BACKGROUND: Inconsistent findings on the value of continuity of care can stem from variability in its importance to different subsets of patients. We therefore examined the association among patient and visit characteristics and extent to which the patient valued continuity of care (PVC). We hypothesized that continuity would be more important to patients who are older, sicker, and female, who have established a relationship with their physician, and whose visit addresses more complex problems. METHODS: A study of 4,454 consecutive outpatient visits to 138 community-based family physicians used a 3-item measure (alpha = 0.67) of PVC. The patient's report of (1) the adequacy of primary care for the visit and (2) satisfaction with the physician on that visit was assessed with multiple measures. Analyses examined the associations among PVC and patient-reported satisfaction with the physician and adequacy of the visit. RESULTS: Extremes of age, female sex, less education, Medicare and Medicaid insurance, number of chronic conditions and medications, number of visits to the practice, and worse self-reported health status were associated with higher value placed on continuity (P < .001 for all except sex, where P = .015). Patients who value continuity and did not see a regular physician rated adequacy of the visit lower (for 7 attributes of the visit) than those seeing their own physician. Satisfaction with the physician for the visit was greatest among patients who value continuity and saw their regular physician. CONCLUSIONS: Continuity of physician care is associated with more positive assessments of the visit and appears to be particularly important for more vulnerable patients. Health care systems and primary care practices should devote additional effort to maintaining a continuity relationship with these vulnerable patients.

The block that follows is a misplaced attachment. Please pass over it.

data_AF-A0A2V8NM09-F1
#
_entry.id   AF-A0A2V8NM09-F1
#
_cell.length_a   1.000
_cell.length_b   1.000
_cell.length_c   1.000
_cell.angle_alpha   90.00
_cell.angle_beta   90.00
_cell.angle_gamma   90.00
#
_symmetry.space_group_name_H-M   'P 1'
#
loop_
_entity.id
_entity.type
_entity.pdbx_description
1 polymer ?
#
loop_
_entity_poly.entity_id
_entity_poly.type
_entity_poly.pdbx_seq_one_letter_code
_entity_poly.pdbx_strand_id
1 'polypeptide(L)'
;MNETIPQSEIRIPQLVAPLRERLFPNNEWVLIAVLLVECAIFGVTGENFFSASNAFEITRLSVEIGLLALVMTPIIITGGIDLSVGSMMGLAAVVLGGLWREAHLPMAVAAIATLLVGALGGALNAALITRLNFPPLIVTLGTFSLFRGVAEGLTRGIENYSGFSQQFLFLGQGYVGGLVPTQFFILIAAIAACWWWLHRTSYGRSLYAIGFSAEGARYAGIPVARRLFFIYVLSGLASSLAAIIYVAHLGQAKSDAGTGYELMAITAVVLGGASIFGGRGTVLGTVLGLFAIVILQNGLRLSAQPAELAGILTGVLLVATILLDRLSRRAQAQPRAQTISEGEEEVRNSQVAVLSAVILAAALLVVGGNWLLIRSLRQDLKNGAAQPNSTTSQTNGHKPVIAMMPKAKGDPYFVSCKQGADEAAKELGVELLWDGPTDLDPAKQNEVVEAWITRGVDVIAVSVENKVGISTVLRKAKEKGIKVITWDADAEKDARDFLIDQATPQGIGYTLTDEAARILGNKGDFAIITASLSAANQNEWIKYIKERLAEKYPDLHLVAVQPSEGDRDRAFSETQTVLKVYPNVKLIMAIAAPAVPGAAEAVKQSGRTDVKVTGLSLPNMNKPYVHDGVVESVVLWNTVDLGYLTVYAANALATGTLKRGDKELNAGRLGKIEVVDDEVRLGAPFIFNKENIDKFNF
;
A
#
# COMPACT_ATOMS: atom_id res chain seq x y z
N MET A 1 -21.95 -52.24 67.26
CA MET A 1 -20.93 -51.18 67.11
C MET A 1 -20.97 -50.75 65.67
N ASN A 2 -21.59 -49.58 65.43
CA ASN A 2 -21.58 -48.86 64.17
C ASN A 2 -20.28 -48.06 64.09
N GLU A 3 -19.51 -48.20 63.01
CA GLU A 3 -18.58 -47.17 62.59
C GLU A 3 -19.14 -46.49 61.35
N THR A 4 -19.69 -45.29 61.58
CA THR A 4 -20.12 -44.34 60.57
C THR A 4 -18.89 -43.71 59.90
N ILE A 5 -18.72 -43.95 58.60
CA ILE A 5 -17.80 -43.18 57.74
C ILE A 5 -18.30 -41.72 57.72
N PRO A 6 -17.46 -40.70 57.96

ASJC Scopus subject areas
- Family Practice